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Thursday, September 15, 2011

Safe to drink?

"I got a notice in the mail two days after the boil order was lifted," said a friend to me yesterday, rolling her eyes.  She doesn't spend time on Facebook and had heard about the lifting through friends.

I got emailed the lift notice by the village clerk, and then shared it on Facebook, posted it here, and told everyone I met about it.  I'm glad that the village took the extra step of sending out an email, particularly since some water users didn't know about the health alert for two days.  Not everyone can be reached via email, and I'm at a loss to suggest a way to get the word out about a health crisis that is as comprehensive as the mail, but not as hazardously slow, although I've suggested some low-cost options like the email alert that could at least increase the message saturation.

The boil order was a pain, but it sure made me think about how we use water.  Every time I turned on the tap, or poured from a plastic jug, I pondered how fragile our dependence on water is.  We use it to drink, cook, wash, and flush away our excrement.  Some people say that after the oil wars, the fights will be over water.  It seems abundant here, particularly during a brutal flood season, but this boil order makes me realize that clean, safe water is not guaranteed and should never be taken for granted.

The lack of comments on my posts about our water and sewer problems makes me wonder what this blog's small base of loyal readers thinks about water safety and water usage in New Paltz.  Am I the only person who isn't in government who is concerned about water?

6 comments:

Martin McPhillips said...

I'll say this about the water supply: That I have never failed to be impressed with how quickly Terwilliger and his Village Department of Public Works get right at it and stay at it whenever there's a problem.

That's just another reason, and an important one, why there wouldn't be any benefit to taking a highly specialized group like that, which knows the village water and sewer infrastructure inside and out, and throwing it into a town-wide department where the priorities risk getting jumbled.

That department is precisely *what* the village is and *why* it exists. They handle the hidden Village of New Paltz.

Brittany Turner said...

I know this still wouldn't catch everyone, but isn't that the sort of thing channel 23 is best used for? Was the alert, and subsequent lifting, posted on the public access programming?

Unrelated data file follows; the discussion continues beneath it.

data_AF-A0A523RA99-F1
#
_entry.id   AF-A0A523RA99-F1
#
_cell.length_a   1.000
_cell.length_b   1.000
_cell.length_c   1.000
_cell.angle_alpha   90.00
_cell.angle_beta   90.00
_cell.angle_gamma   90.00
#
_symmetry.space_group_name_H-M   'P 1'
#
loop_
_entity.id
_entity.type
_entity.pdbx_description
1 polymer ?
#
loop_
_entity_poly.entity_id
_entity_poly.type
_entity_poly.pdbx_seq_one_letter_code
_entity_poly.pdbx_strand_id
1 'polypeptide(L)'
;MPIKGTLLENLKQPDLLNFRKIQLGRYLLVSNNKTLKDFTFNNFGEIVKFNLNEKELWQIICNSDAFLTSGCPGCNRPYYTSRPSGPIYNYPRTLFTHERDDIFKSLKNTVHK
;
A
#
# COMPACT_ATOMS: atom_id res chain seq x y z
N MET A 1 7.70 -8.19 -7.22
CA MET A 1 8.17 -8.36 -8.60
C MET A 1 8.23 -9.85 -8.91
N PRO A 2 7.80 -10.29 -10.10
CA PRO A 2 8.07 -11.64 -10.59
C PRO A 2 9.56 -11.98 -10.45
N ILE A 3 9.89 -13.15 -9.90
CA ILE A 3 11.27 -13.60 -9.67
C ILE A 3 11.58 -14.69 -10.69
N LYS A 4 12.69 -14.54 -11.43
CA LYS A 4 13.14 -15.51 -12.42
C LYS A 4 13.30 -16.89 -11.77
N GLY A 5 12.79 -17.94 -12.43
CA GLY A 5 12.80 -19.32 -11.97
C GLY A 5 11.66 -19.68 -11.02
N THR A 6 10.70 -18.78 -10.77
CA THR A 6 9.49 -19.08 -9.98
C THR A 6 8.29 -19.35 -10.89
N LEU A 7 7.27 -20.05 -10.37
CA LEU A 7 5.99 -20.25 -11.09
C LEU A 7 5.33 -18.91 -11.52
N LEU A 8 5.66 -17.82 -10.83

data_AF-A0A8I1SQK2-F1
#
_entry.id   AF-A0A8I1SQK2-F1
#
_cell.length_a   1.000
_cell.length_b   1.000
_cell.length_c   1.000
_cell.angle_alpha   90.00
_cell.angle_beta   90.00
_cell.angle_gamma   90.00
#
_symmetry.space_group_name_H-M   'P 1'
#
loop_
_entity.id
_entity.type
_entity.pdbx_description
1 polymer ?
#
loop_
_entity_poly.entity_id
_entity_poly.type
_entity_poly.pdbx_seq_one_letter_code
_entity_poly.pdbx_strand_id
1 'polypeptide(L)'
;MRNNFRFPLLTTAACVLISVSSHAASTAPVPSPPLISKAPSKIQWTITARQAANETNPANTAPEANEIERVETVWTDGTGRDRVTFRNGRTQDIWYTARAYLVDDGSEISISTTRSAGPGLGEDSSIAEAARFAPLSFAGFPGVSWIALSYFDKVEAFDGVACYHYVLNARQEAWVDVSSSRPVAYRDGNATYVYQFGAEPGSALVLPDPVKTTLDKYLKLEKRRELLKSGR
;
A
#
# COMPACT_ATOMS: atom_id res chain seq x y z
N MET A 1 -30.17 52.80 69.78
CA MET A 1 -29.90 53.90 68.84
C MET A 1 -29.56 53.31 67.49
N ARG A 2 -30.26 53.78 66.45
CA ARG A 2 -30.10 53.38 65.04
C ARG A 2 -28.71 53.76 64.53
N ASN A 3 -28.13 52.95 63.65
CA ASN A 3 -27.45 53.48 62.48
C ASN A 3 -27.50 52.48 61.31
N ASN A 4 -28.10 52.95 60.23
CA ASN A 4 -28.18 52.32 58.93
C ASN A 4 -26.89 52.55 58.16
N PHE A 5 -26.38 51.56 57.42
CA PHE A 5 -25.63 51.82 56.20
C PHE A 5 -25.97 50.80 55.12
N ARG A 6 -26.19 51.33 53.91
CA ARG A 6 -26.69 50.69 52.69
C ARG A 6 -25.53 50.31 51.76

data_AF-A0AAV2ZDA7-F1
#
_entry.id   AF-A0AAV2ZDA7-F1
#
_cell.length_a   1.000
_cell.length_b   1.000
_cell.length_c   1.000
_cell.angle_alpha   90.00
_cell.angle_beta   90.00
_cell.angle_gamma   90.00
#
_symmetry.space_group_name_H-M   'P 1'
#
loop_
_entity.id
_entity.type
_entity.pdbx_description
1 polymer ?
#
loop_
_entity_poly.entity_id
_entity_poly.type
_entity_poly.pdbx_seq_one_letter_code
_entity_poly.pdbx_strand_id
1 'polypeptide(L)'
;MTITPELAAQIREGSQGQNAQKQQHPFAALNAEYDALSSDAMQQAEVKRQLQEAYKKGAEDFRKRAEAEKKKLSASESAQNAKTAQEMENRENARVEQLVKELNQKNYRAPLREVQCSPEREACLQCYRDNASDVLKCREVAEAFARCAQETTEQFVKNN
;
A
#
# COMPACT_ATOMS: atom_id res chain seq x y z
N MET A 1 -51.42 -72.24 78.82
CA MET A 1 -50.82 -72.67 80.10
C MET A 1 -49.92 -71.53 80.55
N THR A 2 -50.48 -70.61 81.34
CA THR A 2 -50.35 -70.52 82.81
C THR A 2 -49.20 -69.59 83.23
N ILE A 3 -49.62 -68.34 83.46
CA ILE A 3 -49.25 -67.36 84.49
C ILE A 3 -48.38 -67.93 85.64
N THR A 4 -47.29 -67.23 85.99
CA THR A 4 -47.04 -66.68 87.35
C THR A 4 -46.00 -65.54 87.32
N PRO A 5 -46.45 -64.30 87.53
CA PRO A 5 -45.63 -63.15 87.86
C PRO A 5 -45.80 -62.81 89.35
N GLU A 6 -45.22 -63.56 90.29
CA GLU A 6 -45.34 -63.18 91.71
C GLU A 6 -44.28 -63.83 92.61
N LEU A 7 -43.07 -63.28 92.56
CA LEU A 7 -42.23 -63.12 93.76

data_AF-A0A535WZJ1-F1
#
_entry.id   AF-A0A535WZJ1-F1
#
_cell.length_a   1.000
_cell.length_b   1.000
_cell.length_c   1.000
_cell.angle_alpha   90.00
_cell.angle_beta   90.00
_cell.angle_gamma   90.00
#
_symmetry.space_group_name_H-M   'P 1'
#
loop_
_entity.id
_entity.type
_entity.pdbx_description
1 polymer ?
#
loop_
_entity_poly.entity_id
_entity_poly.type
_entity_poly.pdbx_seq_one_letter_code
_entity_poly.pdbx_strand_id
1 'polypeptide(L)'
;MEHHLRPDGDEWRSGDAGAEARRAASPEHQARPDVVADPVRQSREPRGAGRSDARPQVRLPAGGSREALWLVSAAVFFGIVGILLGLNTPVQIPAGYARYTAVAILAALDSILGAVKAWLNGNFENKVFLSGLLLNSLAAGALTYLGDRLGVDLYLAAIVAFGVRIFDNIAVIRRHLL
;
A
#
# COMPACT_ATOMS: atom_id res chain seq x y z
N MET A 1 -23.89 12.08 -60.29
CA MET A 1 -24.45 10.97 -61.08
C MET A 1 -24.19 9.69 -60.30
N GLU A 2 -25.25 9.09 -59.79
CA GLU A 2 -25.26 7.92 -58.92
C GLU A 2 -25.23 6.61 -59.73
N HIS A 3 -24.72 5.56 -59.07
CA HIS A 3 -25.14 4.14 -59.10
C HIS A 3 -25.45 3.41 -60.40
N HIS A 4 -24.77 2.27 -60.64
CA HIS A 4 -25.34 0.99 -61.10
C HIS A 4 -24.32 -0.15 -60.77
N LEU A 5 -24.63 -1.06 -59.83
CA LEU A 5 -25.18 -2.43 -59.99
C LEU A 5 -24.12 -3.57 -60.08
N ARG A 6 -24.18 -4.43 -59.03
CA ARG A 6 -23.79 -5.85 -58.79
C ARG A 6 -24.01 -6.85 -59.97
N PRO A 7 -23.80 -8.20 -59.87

Brittany Turner said...

i know this doesn't fix the issue of reaching everyone, but isn't this exactly the type of thing channel 23 is for? was the alert, and subsequent lifting, posted on public access programming?

Terence said...

I believe I heard that the notice was on public access, but I have no clue how many people that actually reaches. We abandoned cable television shortly after we bought a home in the village, and our landlord at our last residence only had satellite. I suspect that public access is an idea whose time has gone before it ever really came.

Martin McPhillips said...

If there had been a real emergency, where the water was positively dangerous in the immediate sense of both positive and dangerous, then everyone would have been informed one way or another. This recent exercise was of a precautionary nature and not based on any known and immediate threat to life.

Had there been a true emergency every means of informing residents would have been used. The police, firemen, and DPW workers would have driven street to street. It would have been blasted out through all electronic and broadcast media. Neighbors would have been asked to inform neighbors, and they would have. It would have gotten done fast.

Depending on the severity, the water could have been shut off. If it was so very serious as to cause immediate harm, the state would get involved.

The sort of intermediate low-level warning system needed to get word out as a precautionary matter could take various forms, but it would require a less exigent approach than what would be used in a high-level threat.

It would probably not be a bad idea to have a considerable supply of reusable temporary street signs where the message that's needed can be generated (similar to how labels are generated -- only 20x the size of labels), slapped onto the reusable signs, and the signs are posted at strategic intersections, with a broad definition of strategic.

People tend to be oblivious to such things unless they hear it first hand, like an ugly rumor, so there is, in the end, a use for the primordial gossip mongers found in any small town. Get the word around ASAP, and they'll take it from there. Tell them that Mrs. Pancake over on Portmanteau Street has already fallen into a coma and the news will travel that much faster, be repeated with much greater relish, and be taken that much more seriously.

Brittany Turner said...

You're probably right, Terence, but I'm at least glad to see it was being used in that way.